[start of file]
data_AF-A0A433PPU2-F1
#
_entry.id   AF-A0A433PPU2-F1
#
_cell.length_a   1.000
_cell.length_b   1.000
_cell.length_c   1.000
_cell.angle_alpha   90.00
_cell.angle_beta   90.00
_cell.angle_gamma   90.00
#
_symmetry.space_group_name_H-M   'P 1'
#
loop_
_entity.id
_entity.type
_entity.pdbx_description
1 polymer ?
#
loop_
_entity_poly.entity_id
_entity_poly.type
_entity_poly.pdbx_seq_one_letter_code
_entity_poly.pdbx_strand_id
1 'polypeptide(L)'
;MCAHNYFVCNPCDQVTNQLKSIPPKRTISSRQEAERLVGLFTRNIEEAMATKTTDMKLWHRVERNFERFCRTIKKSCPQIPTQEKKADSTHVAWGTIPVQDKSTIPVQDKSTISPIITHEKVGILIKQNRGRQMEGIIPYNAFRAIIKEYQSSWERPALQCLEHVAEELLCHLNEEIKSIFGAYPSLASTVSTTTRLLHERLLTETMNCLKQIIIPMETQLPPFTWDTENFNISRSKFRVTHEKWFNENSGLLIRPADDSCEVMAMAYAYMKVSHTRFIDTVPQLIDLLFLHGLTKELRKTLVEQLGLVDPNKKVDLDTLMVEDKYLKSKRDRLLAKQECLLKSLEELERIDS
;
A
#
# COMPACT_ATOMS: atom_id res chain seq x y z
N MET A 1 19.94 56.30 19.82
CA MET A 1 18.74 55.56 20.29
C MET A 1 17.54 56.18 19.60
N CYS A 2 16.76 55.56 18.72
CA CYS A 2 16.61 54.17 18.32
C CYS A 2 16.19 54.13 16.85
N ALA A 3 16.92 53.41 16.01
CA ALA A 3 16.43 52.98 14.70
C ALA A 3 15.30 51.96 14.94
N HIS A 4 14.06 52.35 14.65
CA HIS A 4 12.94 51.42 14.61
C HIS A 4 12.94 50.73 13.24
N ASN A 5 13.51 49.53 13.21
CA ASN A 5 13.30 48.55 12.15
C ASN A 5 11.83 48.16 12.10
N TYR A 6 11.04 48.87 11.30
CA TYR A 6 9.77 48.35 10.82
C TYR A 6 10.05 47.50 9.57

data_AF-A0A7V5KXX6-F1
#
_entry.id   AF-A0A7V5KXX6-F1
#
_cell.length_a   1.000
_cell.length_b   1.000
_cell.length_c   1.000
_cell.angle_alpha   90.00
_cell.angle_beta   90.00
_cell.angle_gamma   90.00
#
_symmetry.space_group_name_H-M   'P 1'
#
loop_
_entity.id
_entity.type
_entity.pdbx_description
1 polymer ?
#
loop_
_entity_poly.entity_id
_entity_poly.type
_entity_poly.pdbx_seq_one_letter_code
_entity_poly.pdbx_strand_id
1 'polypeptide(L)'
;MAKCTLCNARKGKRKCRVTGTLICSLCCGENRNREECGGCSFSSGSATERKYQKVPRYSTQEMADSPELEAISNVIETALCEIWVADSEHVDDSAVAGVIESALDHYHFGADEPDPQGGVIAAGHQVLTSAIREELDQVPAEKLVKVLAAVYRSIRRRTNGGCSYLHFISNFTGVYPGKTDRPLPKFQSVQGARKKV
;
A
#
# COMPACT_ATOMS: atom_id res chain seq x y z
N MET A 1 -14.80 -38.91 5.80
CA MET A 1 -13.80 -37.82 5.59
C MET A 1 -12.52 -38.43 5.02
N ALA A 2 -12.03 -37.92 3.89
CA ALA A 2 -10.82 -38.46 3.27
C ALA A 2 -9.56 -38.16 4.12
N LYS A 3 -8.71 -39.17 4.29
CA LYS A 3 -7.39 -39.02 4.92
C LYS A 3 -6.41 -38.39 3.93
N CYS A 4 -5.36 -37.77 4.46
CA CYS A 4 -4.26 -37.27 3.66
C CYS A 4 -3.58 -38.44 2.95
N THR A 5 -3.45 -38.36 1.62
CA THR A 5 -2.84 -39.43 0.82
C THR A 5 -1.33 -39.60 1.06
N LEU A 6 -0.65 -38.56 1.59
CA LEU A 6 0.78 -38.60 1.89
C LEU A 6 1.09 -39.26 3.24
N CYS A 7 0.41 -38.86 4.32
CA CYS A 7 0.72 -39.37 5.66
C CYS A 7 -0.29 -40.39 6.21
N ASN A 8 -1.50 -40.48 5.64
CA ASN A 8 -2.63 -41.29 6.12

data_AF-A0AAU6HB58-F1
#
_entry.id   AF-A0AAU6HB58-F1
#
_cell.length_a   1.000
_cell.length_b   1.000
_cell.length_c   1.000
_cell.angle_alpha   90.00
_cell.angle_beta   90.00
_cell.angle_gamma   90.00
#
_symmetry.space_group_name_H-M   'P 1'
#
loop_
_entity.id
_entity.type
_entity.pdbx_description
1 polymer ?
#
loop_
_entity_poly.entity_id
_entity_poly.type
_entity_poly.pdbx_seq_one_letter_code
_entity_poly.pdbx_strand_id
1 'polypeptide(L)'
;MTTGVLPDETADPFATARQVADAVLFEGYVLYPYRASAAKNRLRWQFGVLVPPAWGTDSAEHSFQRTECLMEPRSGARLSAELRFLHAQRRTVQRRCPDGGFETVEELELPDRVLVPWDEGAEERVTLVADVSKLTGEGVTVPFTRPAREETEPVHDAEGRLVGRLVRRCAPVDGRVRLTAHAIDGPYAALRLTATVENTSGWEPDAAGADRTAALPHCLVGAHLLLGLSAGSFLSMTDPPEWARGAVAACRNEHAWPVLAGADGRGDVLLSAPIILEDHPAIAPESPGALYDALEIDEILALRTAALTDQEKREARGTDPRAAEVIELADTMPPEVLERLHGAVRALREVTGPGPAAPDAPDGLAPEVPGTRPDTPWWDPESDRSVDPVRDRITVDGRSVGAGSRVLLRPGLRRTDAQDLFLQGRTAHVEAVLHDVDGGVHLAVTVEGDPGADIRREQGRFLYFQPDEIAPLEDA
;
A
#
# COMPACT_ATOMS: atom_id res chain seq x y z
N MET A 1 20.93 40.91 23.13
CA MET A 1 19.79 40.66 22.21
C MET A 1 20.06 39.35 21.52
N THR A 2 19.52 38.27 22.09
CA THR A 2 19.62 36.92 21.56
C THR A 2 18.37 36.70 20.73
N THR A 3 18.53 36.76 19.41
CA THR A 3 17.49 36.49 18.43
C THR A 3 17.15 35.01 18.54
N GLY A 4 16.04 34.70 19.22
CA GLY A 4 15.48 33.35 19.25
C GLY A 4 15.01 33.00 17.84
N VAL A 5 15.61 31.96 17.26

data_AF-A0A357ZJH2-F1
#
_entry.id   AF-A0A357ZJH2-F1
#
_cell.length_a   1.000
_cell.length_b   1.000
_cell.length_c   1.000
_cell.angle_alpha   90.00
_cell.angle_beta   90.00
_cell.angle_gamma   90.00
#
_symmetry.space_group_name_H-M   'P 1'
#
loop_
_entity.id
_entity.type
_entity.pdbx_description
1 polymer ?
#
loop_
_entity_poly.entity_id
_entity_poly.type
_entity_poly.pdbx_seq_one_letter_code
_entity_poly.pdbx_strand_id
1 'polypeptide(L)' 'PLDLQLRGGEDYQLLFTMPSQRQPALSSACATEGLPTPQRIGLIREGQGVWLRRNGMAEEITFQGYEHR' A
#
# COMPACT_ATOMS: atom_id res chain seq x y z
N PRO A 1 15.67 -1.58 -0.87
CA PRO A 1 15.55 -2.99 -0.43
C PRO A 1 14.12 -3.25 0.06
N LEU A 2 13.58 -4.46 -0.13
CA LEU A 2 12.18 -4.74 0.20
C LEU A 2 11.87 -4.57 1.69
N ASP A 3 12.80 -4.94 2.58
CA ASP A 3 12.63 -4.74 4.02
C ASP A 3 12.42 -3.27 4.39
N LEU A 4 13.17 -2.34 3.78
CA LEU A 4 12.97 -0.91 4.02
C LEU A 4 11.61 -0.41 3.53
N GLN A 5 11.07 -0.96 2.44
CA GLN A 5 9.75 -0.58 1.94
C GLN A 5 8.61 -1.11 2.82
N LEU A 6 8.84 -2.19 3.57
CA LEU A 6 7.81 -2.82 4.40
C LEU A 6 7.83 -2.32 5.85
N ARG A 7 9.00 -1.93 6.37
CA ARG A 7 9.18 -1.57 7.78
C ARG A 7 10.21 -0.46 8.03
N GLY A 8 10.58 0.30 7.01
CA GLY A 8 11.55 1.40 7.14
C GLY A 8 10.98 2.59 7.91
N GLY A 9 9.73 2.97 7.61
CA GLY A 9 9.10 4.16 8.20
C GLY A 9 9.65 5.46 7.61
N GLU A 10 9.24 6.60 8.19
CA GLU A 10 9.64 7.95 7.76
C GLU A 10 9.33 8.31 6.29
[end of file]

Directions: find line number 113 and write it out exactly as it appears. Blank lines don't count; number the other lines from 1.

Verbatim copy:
_symmetry.space_group_name_H-M   'P 1'